DEAR AMY: A couple of years ago, my best friend confessed she had "those" kinds of feelings for me.
Though I cherished her more than anyone, I wasn't ready for a romantic relationship with her.
About six months later she wound up with a partner, and the two of them are contentedly together.
Meanwhile, I have realized that I had feelings for my BF all along and that I made a mistake in shrugging her off.
In case my BF doesn't stay with her partner forever, I want her to know that if she were still interested in me, I'd like to be with her.
I don't want my BF to think I'm not an option.
Is it bad form to let her know how I feel while she's still with her partner?
DEAR CONFUSED: Read Jane Austen's Sense and Sensibility (or watch the wonderful film version), and you will be reminded of the "rules" regarding confessing your feelings and encroaching on someone else's relationship.
In polite society, people with integrity don't interfere with other people's romantic relationships.
However, even in Austen's time, this sort of personal integrity presented challenges — while at the same time unleashing simmering romantic tension.
Split the difference between declaring yourself outright and doing nothing.
Ask your friend how she feels about her current relationship. If she expresses a version of "I'm still waiting for you to come around," then tell her you regret rejecting her previously.
Let her figure out what to do about it.
DEAR AMY: Recently I met a very nice woman, and we became friends. She is terrific, and we get along great.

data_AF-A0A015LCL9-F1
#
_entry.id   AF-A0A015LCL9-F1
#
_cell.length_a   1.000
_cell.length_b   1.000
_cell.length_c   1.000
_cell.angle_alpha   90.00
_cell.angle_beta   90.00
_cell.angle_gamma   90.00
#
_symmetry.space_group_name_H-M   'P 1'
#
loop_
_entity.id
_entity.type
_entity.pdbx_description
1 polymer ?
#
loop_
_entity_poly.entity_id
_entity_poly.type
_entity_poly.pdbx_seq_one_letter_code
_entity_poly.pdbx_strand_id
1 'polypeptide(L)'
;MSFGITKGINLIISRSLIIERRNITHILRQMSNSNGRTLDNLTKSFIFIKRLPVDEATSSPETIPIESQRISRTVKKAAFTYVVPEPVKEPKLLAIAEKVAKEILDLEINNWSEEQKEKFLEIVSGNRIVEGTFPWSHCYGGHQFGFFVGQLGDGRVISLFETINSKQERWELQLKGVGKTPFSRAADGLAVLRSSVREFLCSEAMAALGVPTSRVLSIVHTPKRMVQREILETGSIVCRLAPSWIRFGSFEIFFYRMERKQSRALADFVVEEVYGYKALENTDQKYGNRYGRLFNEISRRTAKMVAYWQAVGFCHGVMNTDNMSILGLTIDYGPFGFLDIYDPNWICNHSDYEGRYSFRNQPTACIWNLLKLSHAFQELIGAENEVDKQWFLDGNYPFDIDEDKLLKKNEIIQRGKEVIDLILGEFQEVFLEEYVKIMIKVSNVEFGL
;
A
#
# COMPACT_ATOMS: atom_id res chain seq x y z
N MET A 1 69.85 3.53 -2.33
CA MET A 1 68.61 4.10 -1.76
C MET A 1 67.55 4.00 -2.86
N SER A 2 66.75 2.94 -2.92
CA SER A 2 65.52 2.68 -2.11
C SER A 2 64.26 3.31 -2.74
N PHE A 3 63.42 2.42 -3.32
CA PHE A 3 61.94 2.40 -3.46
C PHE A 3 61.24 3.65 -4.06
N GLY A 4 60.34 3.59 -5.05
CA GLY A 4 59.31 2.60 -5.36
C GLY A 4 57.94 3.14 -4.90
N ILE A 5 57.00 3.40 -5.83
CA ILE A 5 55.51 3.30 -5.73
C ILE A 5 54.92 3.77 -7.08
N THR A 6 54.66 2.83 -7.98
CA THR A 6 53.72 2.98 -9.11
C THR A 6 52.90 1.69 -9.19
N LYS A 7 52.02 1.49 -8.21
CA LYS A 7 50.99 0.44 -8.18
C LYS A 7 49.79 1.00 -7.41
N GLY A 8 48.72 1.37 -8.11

We both have families with toddlers.
I am very proud of my family. My two kids, one toddler and one teen, are both very well-mannered and well-behaved.
My husband has a great job, and we have worked hard to maintain a beautiful home.
My friend's toddler is extremely badly behaved, and when he comes to my home, he breaks things and damages my property, and the parents do nothing to control him. They let him run wild, and I am the one running after him to make sure he does not destroy my home.
The father is rude, ignorant, has no idea of the world outside his living room and is the most obnoxious person we have ever met.
My husband made an effort to be friends with him to help our families get along because I liked her a lot, but he has no patience to do this any longer.
We have tried to embrace this friendship, but we are at our limit as to what we can take, and we cannot bear the thought of having them come over to our home again.
Should I ditch them altogether, or shall I limit the friendship to meeting her outside our home for coffee?
— An Avid Reader
DEAR READER: Perfect friendship fits are very rare. One great thing about having kids is the fact that children bring all sorts of people together. This doesn't mean you have to get along, however.
You don't need to throw out the babies with the friendship bathwater.
Just confine this relationship to you, the other mom and your kids at the park or at Gymboree.
DEAR AMY: I'm responding to the mother who was concerned because her daughter's coach was sending multiple text messages to the daughter each day.
I'm a coach of a track team.
I have a pretty good idea of the obvious concerns parents have, so while I often wind up driving kids to or from events, it's always with parental permission and with other kids in the car.
And after particularly good races, when they come running back across the field in celebration they get a hug ... but always in public.
The coach who sends multiple texts each day to a girl simply isn't fit to work with kids. If he doesn't recognize that his actions are not appropriate, the mother needs to let him know.
— Concerned Coach
DEAR COACH: Anyone who works with kids should respect the very important boundaries adults must maintain. And if a coach or teacher does not maintain those boundaries, parents should intervene.
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